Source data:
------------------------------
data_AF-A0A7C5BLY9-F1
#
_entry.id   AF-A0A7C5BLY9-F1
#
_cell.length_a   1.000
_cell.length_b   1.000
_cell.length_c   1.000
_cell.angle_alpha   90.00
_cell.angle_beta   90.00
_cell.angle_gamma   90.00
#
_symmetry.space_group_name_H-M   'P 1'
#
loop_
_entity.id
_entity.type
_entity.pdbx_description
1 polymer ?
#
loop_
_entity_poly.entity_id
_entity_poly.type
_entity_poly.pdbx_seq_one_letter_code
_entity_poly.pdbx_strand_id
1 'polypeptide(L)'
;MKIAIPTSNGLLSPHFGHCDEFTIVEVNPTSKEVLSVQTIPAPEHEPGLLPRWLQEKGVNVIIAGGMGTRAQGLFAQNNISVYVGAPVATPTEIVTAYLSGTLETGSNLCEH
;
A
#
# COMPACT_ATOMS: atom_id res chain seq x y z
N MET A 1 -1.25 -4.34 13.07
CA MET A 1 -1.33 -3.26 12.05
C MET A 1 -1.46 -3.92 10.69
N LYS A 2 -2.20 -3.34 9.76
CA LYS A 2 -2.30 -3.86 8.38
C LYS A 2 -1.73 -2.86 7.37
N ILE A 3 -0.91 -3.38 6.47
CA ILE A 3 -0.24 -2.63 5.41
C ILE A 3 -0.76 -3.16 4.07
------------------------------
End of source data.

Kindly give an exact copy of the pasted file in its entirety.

data_AF-A0A7C5BLY9-F1
#
_entry.id   AF-A0A7C5BLY9-F1
#
_cell.length_a   1.000
_cell.length_b   1.000
_cell.length_c   1.000
_cell.angle_alpha   90.00
_cell.angle_beta   90.00
_cell.angle_gamma   90.00
#
_symmetry.space_group_name_H-M   'P 1'
#
loop_
_entity.id
_entity.type
_entity.pdbx_description
1 polymer ?
#
loop_
_entity_poly.entity_id
_entity_poly.type
_entity_poly.pdbx_seq_one_letter_code
_entity_poly.pdbx_strand_id
1 'polypeptide(L)'
;MKIAIPTSNGLLSPHFGHCDEFTIVEVNPTSKEVLSVQTIPAPEHEPGLLPRWLQEKGVNVIIAGGMGTRAQGLFAQNNISVYVGAPVATPTEIVTAYLSGTLETGSNLCEH
;
A
#
# COMPACT_ATOMS: atom_id res chain seq x y z
N MET A 1 -1.25 -4.34 13.07
CA MET A 1 -1.33 -3.26 12.05
C MET A 1 -1.46 -3.92 10.69
N LYS A 2 -2.20 -3.34 9.76
CA LYS A 2 -2.30 -3.86 8.38
C LYS A 2 -1.73 -2.86 7.37
N ILE A 3 -0.91 -3.38 6.47
CA ILE A 3 -0.24 -2.63 5.41
C ILE A 3 -0.76 -3.16 4.07